Content Strategy – the Community
Content Strategy, as far as I understand it, covers the various activities of planning, process, and method that go into creating and publishing compelling content to serve the goals of a digital presence – be it a company, organization, or individual (this is my folk definition BTW). And a community has formed to promote this practice as a formal discipline. Here are a list of some of the important voices in this community that I’ve been able to discern:
- Rachel Lovinger
- Kristina Halvorson
- Jeffrey MacIntyre, and here
- Karen McGrane
- Colleen Jones
- Erin Scime
- Elena Melendy
- Scatter/Gather – Razorfish’s Content Strategy blog
This is just a few names I’ve found that are important voices in the Content Strategy community. But reading their work should give you a feel for what the community is all about.
Seminal articles in the Content Strategy community
Apparently content strategy, as a discipline and a community, really didn’t formally take off until 2009. Rachel credited this significantly to both the community-building efforts of Kristina Halvorson, and to the Content Strategy Consortium that took place as part of the IA Summit 2009. From 2007 through early 2009, several important articles appeared that helped shape and engage the content strategy community. These articles were:
- Content Strategy: The Philosophy of Data, by Rachel Lovinger
- The Discipline of Content Strategy, by Kristina Halvorson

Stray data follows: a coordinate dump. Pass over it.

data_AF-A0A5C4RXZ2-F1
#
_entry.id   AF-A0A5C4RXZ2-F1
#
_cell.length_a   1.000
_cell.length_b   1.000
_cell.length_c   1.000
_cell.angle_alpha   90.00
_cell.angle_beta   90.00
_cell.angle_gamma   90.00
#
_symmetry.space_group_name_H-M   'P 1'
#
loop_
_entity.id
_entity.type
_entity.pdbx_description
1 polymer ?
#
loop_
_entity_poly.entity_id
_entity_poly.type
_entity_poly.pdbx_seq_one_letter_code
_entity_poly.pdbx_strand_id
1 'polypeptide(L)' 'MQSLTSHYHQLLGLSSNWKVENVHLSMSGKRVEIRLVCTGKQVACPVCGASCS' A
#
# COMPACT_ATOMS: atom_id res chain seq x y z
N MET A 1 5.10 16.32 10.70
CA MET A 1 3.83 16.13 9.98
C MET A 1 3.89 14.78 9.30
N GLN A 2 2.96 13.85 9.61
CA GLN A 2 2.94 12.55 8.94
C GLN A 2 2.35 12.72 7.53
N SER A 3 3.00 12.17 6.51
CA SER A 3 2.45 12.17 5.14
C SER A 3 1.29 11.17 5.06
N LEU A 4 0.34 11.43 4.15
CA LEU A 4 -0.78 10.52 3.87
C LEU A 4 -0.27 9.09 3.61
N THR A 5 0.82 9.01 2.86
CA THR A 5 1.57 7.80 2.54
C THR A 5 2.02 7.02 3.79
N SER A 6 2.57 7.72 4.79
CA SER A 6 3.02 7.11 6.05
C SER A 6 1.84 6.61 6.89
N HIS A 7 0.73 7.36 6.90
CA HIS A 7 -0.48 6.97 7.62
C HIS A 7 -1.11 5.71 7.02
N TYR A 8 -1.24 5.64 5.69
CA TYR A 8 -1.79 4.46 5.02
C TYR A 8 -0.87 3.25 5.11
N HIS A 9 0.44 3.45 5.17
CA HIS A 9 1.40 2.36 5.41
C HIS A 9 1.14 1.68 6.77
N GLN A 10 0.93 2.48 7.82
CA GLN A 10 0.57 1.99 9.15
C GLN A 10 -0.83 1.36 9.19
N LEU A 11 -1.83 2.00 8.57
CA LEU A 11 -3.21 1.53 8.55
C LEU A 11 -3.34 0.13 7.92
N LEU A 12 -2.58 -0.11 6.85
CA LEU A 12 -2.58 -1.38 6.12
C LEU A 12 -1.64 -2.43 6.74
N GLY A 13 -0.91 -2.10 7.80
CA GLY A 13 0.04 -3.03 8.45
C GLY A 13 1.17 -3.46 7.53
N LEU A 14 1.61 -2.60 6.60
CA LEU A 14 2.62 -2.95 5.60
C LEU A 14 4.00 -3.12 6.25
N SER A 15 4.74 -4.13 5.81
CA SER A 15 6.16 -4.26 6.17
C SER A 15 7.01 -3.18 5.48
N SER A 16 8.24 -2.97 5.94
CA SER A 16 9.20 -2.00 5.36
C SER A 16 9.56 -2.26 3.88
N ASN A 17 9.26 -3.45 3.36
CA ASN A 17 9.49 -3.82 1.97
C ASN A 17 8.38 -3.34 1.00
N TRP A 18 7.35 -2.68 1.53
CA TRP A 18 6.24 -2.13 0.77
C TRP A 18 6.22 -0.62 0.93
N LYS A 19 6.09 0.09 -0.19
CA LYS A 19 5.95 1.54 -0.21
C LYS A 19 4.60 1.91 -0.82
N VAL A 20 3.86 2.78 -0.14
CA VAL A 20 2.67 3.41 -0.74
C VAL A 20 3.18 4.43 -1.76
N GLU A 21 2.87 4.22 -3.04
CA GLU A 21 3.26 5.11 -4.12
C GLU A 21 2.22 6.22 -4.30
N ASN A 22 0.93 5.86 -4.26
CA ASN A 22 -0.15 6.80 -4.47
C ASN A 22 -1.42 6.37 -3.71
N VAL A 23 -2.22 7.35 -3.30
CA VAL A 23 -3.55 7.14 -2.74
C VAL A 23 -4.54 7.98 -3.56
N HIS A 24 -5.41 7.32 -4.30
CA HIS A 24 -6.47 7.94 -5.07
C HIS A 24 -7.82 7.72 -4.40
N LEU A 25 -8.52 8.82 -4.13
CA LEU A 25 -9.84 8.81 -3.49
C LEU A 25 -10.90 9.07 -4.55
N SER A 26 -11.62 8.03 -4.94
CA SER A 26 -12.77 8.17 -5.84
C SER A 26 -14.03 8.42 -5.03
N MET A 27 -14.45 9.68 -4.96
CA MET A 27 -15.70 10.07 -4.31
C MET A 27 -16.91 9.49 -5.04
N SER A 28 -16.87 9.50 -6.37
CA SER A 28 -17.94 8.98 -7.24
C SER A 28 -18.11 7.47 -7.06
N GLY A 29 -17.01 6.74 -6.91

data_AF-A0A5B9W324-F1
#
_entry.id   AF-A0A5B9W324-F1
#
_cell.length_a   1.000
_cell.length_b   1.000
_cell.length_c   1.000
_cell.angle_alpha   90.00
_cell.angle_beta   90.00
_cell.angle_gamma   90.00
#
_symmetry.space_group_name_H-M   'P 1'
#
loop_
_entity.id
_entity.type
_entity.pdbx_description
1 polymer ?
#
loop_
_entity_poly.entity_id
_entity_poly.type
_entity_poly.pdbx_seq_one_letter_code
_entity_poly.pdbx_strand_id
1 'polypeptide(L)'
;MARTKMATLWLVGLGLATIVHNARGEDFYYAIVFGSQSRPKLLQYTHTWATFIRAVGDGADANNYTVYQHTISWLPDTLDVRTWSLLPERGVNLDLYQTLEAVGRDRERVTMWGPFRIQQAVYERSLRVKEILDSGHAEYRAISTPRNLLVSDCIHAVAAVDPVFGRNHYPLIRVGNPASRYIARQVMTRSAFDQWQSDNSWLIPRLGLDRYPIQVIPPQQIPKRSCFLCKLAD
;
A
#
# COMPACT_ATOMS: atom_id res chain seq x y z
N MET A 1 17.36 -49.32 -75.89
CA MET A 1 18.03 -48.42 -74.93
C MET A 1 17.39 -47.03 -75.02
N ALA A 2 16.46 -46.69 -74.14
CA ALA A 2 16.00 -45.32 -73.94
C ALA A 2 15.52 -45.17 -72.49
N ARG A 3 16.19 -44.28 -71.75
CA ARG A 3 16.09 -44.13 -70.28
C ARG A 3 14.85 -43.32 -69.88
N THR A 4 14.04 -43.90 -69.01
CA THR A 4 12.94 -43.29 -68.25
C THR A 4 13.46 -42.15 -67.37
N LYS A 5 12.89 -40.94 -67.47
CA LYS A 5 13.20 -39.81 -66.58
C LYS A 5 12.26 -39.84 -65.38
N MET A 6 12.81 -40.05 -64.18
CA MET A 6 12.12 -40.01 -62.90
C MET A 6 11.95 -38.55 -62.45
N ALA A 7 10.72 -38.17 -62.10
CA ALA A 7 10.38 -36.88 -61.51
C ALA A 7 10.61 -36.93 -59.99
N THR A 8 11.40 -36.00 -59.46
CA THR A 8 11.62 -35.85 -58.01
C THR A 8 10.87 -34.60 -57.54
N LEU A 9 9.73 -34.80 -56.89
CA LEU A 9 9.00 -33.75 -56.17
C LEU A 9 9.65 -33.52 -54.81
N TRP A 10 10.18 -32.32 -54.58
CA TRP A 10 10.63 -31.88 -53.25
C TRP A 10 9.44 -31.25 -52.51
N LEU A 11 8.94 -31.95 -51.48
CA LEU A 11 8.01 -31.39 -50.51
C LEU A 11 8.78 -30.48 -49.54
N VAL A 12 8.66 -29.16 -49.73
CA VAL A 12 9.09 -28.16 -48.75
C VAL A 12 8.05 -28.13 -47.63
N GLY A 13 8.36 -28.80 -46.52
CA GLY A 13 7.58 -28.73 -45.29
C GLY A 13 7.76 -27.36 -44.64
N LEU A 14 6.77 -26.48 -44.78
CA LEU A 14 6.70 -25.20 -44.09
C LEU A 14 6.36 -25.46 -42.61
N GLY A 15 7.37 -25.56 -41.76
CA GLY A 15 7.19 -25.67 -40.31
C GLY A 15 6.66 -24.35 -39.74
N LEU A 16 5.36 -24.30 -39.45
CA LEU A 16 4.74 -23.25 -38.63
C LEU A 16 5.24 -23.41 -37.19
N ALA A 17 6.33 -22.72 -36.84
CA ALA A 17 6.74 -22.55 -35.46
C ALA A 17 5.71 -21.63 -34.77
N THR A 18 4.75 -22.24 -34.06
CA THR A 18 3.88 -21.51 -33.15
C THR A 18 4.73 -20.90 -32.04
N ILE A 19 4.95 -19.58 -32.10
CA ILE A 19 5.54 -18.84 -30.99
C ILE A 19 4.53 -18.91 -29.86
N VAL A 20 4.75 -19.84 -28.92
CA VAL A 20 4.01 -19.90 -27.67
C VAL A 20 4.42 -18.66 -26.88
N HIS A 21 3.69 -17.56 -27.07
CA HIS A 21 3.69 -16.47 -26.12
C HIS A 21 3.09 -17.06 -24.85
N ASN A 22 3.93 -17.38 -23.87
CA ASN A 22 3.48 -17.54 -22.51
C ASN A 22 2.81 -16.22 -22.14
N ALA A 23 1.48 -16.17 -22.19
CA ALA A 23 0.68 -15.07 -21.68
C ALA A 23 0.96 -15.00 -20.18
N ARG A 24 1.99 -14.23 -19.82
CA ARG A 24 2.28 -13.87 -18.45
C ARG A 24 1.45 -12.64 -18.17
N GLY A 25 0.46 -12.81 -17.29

- Content-tious Strategy, by Jeffrey MacIntyre
My bad, but I haven’t even had a chance to read these articles yet. But I just wanted to surface that they seem to have had an important impact in the development of the content strategy community.
Content Strategy and Publishing
So finally, I’m able to get to the core message/topic of my post, which is the role of Content Strategy in News Media companies today. Obviously, it’s critical. It always has been.
But several factors make content strategy in news media companies particular fascinating today. Firstly, the Web has massively democratized the creation and publishing of content. Mainstream media organizations no longer “monopolize the channel” the way they did during the 20th century.
Secondly, digital media publishing has a very low cost structure. And the cost structures of the traditional news organization (along with the costs of publishing a print edition) are very difficult to maintain in the face of pure-digital publishing entities.
Thirdly, the audience now has a voice. The day’s where a news organization could editorialize from on high to a passive audience are pretty much gone. News and content consumers increasingly demand a voice in the content they consume, and they have a much wider variety of sources to from which to consume content that speaks to their particular interests and viewpoints.
The net result of this is that traditional news organizations really do have to significantly rethink how (or even whether, in some cases) they (i) create content, (ii) curate content, (iii) parter with prominent voices in their community, (iv) engage audiences, and (v) make their content compelling, discoverable, contextual, and relevant. Let me tell you, this is a tall order for journalistic cultures that grew up in the days of print journalism. And it really does define nothing less that a fundamental transformation of how we create, curate, and deliver news and content to our audiences.
So I guess you could say that the whole topic of content strategy really “speaks to me”. 🙂
Jeffrey Macintyre and Panel on Elements of Editorial Strategy
The presentation slides can be found here.
Well, I guess I now have a “handle” – i.e. Content Strategy – to provide as an umbrella for considering how to rethink creating, curating, and delivering compelling, relevant, contextual, and timely content to audiences who are demanding a voice in the news they consume. And so the journey continues …